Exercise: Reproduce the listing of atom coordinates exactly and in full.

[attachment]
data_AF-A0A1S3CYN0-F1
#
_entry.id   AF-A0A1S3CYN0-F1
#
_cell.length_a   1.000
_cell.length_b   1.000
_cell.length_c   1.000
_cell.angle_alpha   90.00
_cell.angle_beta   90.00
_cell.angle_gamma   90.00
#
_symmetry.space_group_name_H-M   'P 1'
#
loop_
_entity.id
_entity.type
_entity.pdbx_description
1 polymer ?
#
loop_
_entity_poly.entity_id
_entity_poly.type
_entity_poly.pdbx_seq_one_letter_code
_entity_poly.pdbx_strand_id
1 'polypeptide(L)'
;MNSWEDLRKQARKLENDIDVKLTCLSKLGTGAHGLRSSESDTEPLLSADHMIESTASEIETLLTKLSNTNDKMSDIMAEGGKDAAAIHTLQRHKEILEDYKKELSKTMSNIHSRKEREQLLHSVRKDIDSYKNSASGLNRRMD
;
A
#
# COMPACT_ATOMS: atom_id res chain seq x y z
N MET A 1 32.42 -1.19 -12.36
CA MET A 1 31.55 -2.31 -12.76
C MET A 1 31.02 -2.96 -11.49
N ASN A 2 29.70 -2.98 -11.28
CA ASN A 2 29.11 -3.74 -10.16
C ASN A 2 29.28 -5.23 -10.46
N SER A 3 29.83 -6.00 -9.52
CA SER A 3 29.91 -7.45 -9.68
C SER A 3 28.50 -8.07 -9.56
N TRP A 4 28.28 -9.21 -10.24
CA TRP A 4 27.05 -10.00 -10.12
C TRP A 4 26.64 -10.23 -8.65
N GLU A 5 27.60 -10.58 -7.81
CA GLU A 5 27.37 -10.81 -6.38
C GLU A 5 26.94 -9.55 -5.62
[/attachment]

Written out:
data_AF-A0A1S3CYN0-F1
#
_entry.id   AF-A0A1S3CYN0-F1
#
_cell.length_a   1.000
_cell.length_b   1.000
_cell.length_c   1.000
_cell.angle_alpha   90.00
_cell.angle_beta   90.00
_cell.angle_gamma   90.00
#
_symmetry.space_group_name_H-M   'P 1'
#
loop_
_entity.id
_entity.type
_entity.pdbx_description
1 polymer ?
#
loop_
_entity_poly.entity_id
_entity_poly.type
_entity_poly.pdbx_seq_one_letter_code
_entity_poly.pdbx_strand_id
1 'polypeptide(L)'
;MNSWEDLRKQARKLENDIDVKLTCLSKLGTGAHGLRSSESDTEPLLSADHMIESTASEIETLLTKLSNTNDKMSDIMAEGGKDAAAIHTLQRHKEILEDYKKELSKTMSNIHSRKEREQLLHSVRKDIDSYKNSASGLNRRMD
;
A
#
# COMPACT_ATOMS: atom_id res chain seq x y z
N MET A 1 32.42 -1.19 -12.36
CA MET A 1 31.55 -2.31 -12.76
C MET A 1 31.02 -2.96 -11.49
N ASN A 2 29.70 -2.98 -11.28
CA ASN A 2 29.11 -3.74 -10.16
C ASN A 2 29.28 -5.23 -10.46
N SER A 3 29.83 -6.00 -9.52
CA SER A 3 29.91 -7.45 -9.68
C SER A 3 28.50 -8.07 -9.56
N TRP A 4 28.28 -9.21 -10.24
CA TRP A 4 27.05 -10.00 -10.12
C TRP A 4 26.64 -10.23 -8.65
N GLU A 5 27.60 -10.58 -7.81
CA GLU A 5 27.37 -10.81 -6.38
C GLU A 5 26.94 -9.55 -5.62